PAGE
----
Twilight paused. "I've been alone for a long while now." She looked down, ears flopping down to the sides of her head.

Silence. If it weren't for the sounds of birds and rustling leaves, I'd have assumed that the world itself had died.

And then Twilight turned around to face us. That's when I saw her eyes, bloodshot red, her face one of distress. It almost looked like she was about to cry, but was trying her damnedest not to.

"And it's all because of you," she scowled, pointing a slightly shaky hoof at me. "Every last changeling is responsible for what happened. If it weren't for you, my friends would still be with me. I wouldn't have to fall asleep every night worrying if they're dead or not... or worse." She slowly stepped forward, glaring right into my soul. "I should kill you where you stand," she said, stopping halfway. And then she turned around. "But, Crystal doesn't want me to. And so, as much as I don't understand why, I won't." She looked at me one last time. "For that, you should be very, very grateful."

I had the urge to say something. To maybe tell her that I was sorry for her friends, even though I never knew them – even though she had tried to kill me, but no words came to mind. Not that I would dare tempt fate like that, anyway. When someone already despises you well enough, you don't accidentally give them more reasons to do so.

Pathfinder cleared his throat. "Uh, yeah. Love that little speech you just had right there, but could we maybe, I don't know, get going?"

Twilight looked back forwards, rubbing her eyes with a hoof. "Give me a second." As she put her hoof down and looked up into the sky, she froze. "Actually, it's best if we... waited."

"What? Oh, come on, we'll all have time to mourn later; we need to go now!"

She pointed at the sky. "It's best if we waited," she repeated. I followed her hoof to a torrent of small figures flying above, far in the distance. "Back up," she commanded. We all scooted backwards into the cave, letting the darkness shroud us.

Twilight was right on the edge of the sunlight. She took out a pair of binoculars out of her saddlebags, surveying the sky. "Alright, doesn't look like they saw us," she said.

"Who are they, changelings?" Crystal asked.

"Oh, there are changelings, but that's not quite the full story."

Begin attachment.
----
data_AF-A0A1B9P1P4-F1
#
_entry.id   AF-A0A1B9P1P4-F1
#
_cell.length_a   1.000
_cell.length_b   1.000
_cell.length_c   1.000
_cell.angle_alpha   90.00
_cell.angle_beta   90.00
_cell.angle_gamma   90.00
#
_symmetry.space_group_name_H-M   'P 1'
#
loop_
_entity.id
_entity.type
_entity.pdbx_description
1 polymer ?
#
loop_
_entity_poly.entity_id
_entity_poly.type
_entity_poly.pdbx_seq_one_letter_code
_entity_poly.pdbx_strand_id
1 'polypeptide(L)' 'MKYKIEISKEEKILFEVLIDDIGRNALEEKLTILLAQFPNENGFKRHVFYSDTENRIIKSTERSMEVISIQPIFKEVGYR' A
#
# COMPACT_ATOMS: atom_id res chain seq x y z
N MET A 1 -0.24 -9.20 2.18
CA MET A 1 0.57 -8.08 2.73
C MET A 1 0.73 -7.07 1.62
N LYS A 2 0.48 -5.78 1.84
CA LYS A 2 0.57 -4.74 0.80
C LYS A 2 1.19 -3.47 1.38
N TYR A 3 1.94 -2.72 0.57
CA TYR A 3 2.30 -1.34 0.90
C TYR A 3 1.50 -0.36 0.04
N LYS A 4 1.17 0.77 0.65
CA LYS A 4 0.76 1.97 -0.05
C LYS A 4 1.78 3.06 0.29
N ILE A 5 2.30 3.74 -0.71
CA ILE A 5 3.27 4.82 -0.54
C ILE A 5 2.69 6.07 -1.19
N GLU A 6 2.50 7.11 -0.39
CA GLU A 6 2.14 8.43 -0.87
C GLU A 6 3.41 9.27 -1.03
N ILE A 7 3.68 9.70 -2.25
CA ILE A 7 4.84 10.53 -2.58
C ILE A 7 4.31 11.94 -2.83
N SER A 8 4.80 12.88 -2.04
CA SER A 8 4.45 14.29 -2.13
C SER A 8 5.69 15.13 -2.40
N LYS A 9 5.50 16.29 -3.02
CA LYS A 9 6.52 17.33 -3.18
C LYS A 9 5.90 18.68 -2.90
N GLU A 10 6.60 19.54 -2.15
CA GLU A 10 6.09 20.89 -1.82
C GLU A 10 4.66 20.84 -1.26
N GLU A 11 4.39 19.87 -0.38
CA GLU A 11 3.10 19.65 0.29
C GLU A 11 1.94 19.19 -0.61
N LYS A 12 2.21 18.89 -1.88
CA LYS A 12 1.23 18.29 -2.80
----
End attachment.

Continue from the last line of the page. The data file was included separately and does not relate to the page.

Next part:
"You mean there's something else out there?" Pathfinder inquired.

She turned around. "Pegasai. A lot of Pegasai. Outnumbering the changelings four to three, as far as estimations go." She looked back into the binoculars. "And yet... they aren't fighting back. It looks like they're being herded around."

"What d’you think they're doing with 'em?"

"I don't know, Pathfinder. Maybe-" She paused. "Hold on. They're spreading out now. In all directions." Twilight put the binoculars down for a second to wipe her brow, and then resumed. "They're... clearing out the clouds. They're making the Pegasai clear out the clouds."

I squinted into the sky. Many figures in the distance zipped around with great haste, the clouds somehow disappearing when they drew near. Others trailed them, as if they were watching them very closely.

"How's that, then?" Pathfinder said. "Why do the changelings care about whether the sky's bloody clear or not?"

"The changelings aren't stupid, Pathfinder," Twilight explained. "If they were, they would have never been able to take over Canterlot. They must know that, in order to maintain balance in nature within Equestria, the weather must be controlled. More than that even, it must be controlled properly." She rubbed the back of her neck. "Without proper care, you could cause a drought. Or a flood. Or, in the case of not keeping the sky clear, the trees wouldn't get enough sunlight."

"Yeah, yeah, I took primary school, mate. I think I know how controlling the weather works."

Controlling the weather? I thought. That's... new.

Twilight hummed, lowering the binoculars. "You know, it’s interesting as to why they would need the Pegasai in the first place. Either the changelings can't control the weather on their own, or there aren't enough of them to do all of the work."

"Uh, Twilight?" Crystal asked.

She turned around. "What?"

"Could I, uh, take a look?"

"...Why?"